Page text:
Both I and the Leader of the House regularly remind ministerial colleagues of their obligation to give accurate, timely and truthful information to Parliament, as set out further in the ministerial code and included in the guidance issued by the Office of the Leader of the House of Commons.
Two weeks ago I raised with the Leader of the House a series of parliamentary questions on the important issue of passports to which I had not had answers. He helpfully wrote to the said Department, and I have had a nice letter back, but I have still not had answers to the parliamentary questions. The questions were tabled on 4 June, and they were on pertinent matters to do with passports. Can a timetable be set for when answers should be given to Members?
I was aware that the right hon. Gentleman had raised those questions with my right hon. Friend, the Home Secretary. As I am sure the right hon. Member for Delyn (Mr Hanson) is aware, the Home Office, like other large Departments, receives a very large number of complex questions, and it takes time to produce a thorough response. Home Office Ministers take their responsibilities seriously, and indeed I had occasion yesterday to remind them of those responsibilities.
3. What recent guidance he has given to his ministerial colleagues about providing substantive answers to written questions. (904791)
The Office of the Leader of the House of Commons provides guidance to all Departments on the practice of answering parliamentary questions. The guidance advises Departments that Members should receive a substantive response to named day questions on the date specified and that Departments should endeavour to answer ordinary written questions within a working week of their being tabled.
What changes does the Deputy Leader of the House consider necessary to improve the quality of ministerial replies to written questions about the performance of agencies and non-departmental public bodies, because Ministers sometimes appear to be acting as no more than mailboxes?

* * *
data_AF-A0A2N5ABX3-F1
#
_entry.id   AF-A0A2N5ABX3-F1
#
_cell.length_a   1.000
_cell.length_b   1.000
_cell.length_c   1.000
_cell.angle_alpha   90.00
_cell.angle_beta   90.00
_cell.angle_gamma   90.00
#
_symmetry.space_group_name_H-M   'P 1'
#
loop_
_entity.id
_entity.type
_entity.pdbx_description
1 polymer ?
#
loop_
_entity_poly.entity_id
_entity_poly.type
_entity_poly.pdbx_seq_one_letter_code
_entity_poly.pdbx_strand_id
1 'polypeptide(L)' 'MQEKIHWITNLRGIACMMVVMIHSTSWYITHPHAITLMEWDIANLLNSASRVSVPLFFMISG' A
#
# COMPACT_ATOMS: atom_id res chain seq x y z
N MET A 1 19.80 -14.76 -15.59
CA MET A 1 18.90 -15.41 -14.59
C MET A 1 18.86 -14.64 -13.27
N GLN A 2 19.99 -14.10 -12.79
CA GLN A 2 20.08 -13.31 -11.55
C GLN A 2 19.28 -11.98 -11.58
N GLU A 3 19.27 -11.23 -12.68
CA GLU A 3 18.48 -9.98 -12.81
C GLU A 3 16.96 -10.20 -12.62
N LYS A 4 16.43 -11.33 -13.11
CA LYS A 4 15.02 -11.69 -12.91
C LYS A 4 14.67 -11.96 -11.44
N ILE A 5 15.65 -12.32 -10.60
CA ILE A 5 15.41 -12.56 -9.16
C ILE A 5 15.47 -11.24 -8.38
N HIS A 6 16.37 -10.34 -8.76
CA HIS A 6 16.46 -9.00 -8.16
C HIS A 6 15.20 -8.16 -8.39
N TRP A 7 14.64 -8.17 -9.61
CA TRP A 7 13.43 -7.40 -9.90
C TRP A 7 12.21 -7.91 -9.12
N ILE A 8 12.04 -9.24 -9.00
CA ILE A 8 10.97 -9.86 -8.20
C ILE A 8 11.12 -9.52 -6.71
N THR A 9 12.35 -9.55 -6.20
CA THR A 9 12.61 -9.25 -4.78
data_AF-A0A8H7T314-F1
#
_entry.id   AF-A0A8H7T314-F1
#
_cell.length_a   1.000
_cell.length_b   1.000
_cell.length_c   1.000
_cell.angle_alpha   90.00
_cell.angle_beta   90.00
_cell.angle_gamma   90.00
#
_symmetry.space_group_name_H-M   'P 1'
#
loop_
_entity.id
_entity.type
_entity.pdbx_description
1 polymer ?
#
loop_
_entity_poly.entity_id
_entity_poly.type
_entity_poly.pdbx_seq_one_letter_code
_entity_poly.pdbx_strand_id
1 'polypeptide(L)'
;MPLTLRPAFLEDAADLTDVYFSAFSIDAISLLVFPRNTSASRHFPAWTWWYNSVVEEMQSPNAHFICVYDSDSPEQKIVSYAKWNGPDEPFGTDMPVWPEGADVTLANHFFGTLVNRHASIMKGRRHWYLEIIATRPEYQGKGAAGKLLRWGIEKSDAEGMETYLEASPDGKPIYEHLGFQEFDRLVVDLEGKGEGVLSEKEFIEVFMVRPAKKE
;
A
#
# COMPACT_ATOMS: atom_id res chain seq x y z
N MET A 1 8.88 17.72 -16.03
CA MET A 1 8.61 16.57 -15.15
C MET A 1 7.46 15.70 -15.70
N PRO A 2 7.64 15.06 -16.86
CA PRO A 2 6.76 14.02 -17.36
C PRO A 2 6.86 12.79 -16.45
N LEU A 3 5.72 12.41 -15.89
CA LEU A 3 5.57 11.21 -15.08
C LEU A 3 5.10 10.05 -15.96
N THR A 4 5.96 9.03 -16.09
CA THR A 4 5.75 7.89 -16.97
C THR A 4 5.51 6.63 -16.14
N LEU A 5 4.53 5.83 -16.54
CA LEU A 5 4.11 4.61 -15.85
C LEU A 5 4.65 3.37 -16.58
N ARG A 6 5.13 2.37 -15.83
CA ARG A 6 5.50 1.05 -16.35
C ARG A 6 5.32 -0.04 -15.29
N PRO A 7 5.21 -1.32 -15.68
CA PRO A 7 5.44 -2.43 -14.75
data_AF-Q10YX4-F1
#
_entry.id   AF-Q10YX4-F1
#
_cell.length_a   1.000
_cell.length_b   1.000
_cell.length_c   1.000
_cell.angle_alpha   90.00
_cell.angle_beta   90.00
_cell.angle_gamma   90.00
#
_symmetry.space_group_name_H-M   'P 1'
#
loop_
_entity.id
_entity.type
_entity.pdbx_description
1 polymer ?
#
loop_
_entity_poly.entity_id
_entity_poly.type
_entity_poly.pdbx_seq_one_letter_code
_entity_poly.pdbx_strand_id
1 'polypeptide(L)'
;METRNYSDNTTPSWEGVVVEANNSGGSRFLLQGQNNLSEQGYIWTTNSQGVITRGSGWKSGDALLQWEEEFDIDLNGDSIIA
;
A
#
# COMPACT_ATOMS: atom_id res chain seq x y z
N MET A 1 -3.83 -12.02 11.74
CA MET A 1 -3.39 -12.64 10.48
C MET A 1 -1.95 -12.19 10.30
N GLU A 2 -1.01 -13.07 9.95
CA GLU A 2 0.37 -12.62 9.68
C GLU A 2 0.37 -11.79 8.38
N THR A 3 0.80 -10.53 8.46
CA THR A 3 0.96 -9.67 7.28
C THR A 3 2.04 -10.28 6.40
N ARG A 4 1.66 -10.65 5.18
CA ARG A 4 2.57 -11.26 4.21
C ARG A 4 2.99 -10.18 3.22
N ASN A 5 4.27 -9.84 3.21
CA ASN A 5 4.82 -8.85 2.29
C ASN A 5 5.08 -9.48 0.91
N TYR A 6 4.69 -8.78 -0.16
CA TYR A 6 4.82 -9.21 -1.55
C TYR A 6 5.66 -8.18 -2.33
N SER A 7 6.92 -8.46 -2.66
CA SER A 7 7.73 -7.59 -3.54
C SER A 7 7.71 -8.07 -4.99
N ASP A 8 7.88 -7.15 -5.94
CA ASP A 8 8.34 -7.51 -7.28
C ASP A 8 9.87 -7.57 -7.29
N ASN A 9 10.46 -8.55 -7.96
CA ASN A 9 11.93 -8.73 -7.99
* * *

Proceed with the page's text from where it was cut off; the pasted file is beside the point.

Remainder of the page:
On 6 December 2010, the Home Secretary replied to a question from my hon. Friend the Member for Suffolk Coastal (Dr Coffey), stating:
“We are also taking steps to ensure that the database will, for the first time, hold the profiles of all serving prisoners and all those previously convicted of serious crimes”—[Official Report, 6 December 2010; Vol. 520, c. 99W.]
A few weeks ago I asked
“how many DNA profiles of current prisoners have not been added to the DNA database”
but was told:
“The information requested is not held.”—[Official Report, 2 July 2014; Vol. 583, c. 645W.]
How on earth can Ministers say that something will definitely happen and then, at a later date, say that they have no mechanism for judging whether or not it is taking place?
The failure to implement universal credit and personal independence payments has left the Department for Work and Pensions in complete chaos, so is the Deputy Leader of the House surprised that two out of every three of its answers to written questions are judged by the public not to have answered the question? What does he intend to do to get DWP to improve that sorry state of affairs?
I do not recognise what the hon. Lady says about universal credit, which I think will be a success. As I understand it, it is something that she and her party support. With regard to concerns about whether questions are accurate and satisfactory, I suspect that many of the respondents will have got a perfectly factual response, but perhaps not the one they wanted to hear.
In May I asked the Chancellor of the Exchequer a named day question about Treasury research on the number of jobs in the UK that are dependent on Europe. What I received back from one of the Ministers was complete waffle, and it was late. A couple of weeks ago the Chief Secretary to the Treasury was able to confirm that 3.3 million jobs in the UK are dependent on Europe. What can the Deputy Leader of the House do to correct that quality of answer?